NEWS
October 3, 2014 | BY DARRELL L. CLARKE
  AS RECENTLY cited in the U.S. Census Bureau's American Community Survey, Philadelphia is still the "poorest of America's 10 largest cities. " While the report showed that 9,000 residents moved out of poverty last year, and that is encouraging, it's hard to take any comfort when so many of our fellow citizens remain in poverty, many of them children and elderly. Over the last 20 years we have witnessed growth in the gap between the haves and have nots and the squeezing of the middle class.
NEWS
September 26, 2014 | By Alfred Lubrano, Inquirer Staff Writer
Already the poorest big city in America, Philadelphia also has the highest rate of deep poverty - people with incomes below half of the poverty line - of any of the nation's 10 most populous cities. Philadelphia's deep-poverty rate is 12.2 percent, or nearly 185,000 people, including about 60,000 children. That's almost twice the U.S. deep-poverty rate of 6.3 percent. Camden's deep-poverty rate of 20 percent is more than three times the national mark, but its population is a fraction of Philadelphia's.
NEWS
September 22, 2014
ISSUE | NEEDY Helping hands The Jewish community is not immune to hardship ("Area's Jewish population is not immune to poverty," Sept. 16). I am a packer and driver for the Beth Sholom Mitzvah Pantry. It is very gratifying when you go to a person's house and are able to provide basic food items. We only pack twice a month, but our tight-knit group of semi-retirees and retirees feels as though we are helping and hope that one day we can break the poverty cycle. |Ann Gold, Philadelphia, gold500219@aol.com Charity is the key Reality has finally hit that the area Jewish population does not all go to Florida in the winter ("Area's Jewish population is not immune to poverty," Sept.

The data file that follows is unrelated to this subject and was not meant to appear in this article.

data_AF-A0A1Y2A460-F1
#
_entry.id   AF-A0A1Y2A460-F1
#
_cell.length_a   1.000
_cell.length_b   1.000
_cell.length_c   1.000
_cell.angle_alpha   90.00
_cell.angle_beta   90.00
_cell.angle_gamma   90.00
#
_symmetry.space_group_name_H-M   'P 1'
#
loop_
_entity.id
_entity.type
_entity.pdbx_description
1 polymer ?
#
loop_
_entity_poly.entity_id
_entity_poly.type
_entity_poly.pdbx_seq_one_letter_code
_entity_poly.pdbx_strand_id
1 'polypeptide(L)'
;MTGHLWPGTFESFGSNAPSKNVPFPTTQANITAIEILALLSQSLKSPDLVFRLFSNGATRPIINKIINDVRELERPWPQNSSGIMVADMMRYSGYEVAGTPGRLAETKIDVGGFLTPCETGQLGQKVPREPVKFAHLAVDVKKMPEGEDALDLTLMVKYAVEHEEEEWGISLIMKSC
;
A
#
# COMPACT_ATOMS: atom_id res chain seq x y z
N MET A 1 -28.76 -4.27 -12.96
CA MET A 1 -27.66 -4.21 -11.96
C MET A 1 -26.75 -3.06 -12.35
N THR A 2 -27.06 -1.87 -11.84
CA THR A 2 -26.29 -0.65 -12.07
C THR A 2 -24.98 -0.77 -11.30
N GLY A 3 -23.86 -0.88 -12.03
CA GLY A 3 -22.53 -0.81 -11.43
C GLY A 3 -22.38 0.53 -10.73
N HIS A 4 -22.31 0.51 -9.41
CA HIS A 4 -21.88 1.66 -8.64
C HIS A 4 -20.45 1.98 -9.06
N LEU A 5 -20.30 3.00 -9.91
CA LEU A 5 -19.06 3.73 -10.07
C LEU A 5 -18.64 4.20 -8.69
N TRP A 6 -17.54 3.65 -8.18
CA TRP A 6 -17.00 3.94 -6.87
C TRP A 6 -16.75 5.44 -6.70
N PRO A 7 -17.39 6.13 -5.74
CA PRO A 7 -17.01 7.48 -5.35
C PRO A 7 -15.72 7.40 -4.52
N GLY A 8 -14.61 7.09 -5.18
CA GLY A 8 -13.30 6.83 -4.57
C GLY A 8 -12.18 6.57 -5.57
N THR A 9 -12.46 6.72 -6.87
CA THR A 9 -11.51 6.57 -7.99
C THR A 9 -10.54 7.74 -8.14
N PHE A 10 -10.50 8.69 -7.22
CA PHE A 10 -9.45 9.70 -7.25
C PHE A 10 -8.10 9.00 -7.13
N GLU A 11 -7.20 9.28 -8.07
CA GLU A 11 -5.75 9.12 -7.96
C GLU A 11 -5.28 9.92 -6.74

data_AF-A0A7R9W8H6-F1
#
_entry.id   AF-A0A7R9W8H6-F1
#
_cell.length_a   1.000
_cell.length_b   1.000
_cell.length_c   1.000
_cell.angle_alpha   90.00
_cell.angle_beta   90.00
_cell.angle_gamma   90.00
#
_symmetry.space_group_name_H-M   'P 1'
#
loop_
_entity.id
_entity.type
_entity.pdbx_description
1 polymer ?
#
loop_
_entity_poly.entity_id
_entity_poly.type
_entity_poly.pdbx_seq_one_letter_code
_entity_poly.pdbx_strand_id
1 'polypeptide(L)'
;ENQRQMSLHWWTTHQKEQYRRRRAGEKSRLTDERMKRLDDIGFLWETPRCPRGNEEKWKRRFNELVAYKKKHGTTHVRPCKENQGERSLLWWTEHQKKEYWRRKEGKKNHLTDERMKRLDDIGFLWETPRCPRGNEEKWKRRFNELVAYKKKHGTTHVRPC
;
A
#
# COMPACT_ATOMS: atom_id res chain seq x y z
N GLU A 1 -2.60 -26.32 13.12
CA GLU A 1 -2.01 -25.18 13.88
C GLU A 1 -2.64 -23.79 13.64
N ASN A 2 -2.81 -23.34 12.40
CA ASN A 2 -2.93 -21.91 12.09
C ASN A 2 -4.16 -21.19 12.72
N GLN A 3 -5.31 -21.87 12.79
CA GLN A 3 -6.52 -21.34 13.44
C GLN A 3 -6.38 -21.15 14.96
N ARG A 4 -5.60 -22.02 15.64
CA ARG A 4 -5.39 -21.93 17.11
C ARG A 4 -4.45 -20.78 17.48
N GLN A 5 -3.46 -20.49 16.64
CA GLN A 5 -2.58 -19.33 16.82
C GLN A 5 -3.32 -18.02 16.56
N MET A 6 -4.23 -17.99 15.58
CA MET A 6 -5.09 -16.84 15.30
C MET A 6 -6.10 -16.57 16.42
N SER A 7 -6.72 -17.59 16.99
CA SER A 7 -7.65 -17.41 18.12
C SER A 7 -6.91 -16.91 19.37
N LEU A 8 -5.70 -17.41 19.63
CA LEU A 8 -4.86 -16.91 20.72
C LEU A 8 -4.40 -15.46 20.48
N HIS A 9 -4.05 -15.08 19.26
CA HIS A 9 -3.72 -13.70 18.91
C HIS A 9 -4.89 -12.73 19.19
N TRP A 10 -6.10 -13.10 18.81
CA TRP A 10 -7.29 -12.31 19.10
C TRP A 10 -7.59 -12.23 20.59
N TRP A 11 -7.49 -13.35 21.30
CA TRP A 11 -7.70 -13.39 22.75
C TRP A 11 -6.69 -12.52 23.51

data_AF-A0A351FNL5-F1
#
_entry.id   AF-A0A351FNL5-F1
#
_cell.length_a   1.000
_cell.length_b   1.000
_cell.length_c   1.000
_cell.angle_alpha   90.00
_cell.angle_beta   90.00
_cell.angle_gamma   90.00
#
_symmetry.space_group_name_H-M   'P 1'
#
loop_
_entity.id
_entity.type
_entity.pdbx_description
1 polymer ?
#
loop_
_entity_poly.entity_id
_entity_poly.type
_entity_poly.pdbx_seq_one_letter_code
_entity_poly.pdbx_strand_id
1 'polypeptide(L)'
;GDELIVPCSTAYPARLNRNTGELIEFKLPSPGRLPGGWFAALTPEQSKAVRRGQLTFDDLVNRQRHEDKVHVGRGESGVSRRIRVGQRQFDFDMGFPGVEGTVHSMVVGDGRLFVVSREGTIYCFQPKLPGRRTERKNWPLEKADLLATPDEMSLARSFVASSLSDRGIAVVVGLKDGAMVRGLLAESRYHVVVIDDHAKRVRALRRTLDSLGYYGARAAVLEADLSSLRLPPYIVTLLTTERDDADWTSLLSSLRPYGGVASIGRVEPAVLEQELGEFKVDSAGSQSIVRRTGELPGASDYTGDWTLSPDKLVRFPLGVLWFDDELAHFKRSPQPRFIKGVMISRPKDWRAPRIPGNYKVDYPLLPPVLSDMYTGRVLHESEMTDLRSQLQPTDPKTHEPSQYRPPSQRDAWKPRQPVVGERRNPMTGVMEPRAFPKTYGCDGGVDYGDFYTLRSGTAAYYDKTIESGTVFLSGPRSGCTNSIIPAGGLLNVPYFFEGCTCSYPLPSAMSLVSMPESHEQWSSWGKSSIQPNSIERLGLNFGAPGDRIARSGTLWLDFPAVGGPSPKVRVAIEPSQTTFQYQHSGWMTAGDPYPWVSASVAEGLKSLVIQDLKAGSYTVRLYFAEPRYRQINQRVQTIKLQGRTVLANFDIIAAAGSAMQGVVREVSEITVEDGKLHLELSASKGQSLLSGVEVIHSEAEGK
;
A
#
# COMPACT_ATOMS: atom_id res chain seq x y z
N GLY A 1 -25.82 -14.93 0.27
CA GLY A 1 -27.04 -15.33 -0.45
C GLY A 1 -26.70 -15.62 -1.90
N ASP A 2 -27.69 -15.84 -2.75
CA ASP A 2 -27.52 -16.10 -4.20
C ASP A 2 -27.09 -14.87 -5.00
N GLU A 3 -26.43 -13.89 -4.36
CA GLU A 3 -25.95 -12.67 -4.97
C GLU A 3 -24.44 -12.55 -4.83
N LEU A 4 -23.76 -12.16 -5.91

NEWS
September 19, 2014
THE U.S. CENSUS released figures this week that show that the national poverty rate has decreased for the first time since 2006. Don't rush to plan a victory parade, though. The percentage of people in poverty has dropped slightly, but the implications are more mathematical than practical: Median household income has remained the same, and the number of those in poverty in 2013 - 45.3 million - is about the same as the year before. And worse news: The percentage of people living below the poverty level in the Philadelphia metro area rose slightly from 2010 to 2013, from 12.7 percent to 13.5 percent; poverty rates in the city fell slightly.
NEWS
September 18, 2014 | By Alfred Lubrano, Inquirer Staff Writer
The U.S. poverty rate has decreased for the first time since 2006, according to U.S. Census figures released Tuesday. Children's poverty also declined, while median household income barely changed between 2012 and 2013. The report further shows that 42 million people, 13.4 percent of Americans, were without health-insurance coverage in 2013. The data were compiled in the 2014 Current Population Survey Annual Social and Economic Supplement, which describes conditions in 2013.